In many of the ancient traditions are powerful lessons . These lessons do not require a reading of the text from a religious perspective. I find that if I simply let the music of the words reach me, there is great wisdom.
I have been working with clients on developing a culture of accountability. A place where each person feels a personal commitment to the vision,purpose and goals of the organization. Creating an environment where everyone accepts ownership for their decisions and act with integrity in all relationships both internal and external.
Creating this environment often requires a new way to consider leadership and power. As I was writing some materials on this subject, I was reminded of something that is ascribed to the Buddha. His words are translated as:
Do not believe in anything simply because you have heard it.
Do not believe in anything simply because it is spoken and rumored by many.
Do not believe in anything simply because it is found written in your religious books.
Do not believe in anything merely on the authority of your teachers and elders.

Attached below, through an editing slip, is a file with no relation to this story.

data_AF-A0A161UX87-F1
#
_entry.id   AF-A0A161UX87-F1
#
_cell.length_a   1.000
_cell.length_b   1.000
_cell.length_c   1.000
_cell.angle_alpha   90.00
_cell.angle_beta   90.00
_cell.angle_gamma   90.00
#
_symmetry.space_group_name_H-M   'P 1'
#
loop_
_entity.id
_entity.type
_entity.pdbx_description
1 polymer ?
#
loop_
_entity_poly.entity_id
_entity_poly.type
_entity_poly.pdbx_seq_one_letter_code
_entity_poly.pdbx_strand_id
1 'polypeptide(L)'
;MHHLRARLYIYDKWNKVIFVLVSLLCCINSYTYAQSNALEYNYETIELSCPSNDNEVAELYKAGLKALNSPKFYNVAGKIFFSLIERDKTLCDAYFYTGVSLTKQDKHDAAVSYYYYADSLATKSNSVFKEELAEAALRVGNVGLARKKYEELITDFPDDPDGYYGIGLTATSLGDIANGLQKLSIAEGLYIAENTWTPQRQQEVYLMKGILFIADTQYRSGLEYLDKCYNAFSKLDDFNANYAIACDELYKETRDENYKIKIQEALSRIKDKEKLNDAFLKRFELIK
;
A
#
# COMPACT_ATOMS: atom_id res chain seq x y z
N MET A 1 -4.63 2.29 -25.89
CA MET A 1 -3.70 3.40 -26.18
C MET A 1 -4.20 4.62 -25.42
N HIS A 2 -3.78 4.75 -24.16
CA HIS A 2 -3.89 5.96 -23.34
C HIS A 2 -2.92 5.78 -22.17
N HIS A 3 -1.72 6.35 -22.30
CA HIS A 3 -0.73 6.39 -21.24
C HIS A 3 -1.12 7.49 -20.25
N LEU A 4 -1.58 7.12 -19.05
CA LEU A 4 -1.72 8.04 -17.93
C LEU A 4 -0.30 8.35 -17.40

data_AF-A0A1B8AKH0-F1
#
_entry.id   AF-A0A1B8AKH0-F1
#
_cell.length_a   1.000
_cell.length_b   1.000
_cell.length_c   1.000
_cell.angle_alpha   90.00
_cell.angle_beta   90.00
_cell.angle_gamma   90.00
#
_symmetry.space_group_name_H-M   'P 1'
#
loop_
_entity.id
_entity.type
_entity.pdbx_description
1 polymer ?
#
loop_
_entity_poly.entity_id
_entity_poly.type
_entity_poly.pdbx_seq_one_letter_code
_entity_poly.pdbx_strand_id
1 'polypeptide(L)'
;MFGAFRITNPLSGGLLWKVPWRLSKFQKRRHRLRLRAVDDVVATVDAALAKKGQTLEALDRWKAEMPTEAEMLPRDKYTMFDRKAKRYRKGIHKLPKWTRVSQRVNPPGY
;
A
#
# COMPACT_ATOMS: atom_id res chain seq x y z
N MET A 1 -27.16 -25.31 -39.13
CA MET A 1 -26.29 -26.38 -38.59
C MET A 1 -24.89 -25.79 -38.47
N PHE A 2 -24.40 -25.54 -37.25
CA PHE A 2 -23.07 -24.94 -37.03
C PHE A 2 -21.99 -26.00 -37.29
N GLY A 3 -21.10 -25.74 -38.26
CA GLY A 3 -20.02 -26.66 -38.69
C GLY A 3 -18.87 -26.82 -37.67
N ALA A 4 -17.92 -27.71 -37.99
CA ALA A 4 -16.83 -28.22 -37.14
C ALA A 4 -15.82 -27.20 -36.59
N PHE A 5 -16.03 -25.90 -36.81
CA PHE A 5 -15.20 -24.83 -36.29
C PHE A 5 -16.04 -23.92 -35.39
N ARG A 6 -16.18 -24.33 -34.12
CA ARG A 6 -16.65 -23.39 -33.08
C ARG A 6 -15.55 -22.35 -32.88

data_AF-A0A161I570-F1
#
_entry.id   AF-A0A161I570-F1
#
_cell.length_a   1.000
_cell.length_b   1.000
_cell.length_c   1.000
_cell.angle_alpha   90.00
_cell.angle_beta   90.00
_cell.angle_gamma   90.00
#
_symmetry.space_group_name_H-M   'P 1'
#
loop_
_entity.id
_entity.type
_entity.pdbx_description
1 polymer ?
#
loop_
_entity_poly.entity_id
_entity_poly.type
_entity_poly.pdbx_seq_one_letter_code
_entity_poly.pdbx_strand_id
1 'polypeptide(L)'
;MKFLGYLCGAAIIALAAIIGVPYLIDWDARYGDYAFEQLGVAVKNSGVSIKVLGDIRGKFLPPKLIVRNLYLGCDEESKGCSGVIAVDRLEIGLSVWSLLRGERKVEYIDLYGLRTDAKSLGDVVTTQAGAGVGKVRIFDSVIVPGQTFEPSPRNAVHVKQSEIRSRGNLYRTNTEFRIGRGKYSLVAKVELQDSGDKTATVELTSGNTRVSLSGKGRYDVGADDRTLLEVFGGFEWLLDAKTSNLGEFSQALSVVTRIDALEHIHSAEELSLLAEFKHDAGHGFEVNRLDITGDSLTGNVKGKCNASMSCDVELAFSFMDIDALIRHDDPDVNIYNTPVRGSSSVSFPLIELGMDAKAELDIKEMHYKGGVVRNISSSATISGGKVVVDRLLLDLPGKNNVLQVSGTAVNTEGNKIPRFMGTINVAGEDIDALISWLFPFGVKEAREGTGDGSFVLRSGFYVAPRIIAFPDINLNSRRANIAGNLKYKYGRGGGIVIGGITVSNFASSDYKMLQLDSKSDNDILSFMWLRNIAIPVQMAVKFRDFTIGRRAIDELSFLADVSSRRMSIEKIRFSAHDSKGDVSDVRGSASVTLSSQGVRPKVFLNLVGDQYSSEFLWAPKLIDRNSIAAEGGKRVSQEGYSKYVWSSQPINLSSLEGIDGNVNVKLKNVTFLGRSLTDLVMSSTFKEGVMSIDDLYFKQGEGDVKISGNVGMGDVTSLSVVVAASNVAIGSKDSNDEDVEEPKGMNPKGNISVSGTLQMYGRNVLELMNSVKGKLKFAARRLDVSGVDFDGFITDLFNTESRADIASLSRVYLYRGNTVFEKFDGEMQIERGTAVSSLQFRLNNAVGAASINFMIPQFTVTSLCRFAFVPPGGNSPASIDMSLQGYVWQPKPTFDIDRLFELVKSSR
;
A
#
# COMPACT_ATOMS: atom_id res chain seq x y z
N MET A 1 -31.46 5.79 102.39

Do not believe in traditions because they have been handed down for many generations.
But after observation and analysis, when you find that anything agrees with reason
and is conducive to the good and benefit of one and all, then accept it and live up to it.
This simple, yet profound advise captures the challenge that everyone in an organization faces in accepting true accountability. It reminds us to decide for ourselves what is right. This kind of consensual accountability creates organizations where we challenge each other not to create tension but to create clarity and alignment. It contradicts an old notion of blind follower-ship.
Are you ready to decide for yourself what is right? It requires courage and determination. The rewards lead to peacefulness and living and leading with purpose.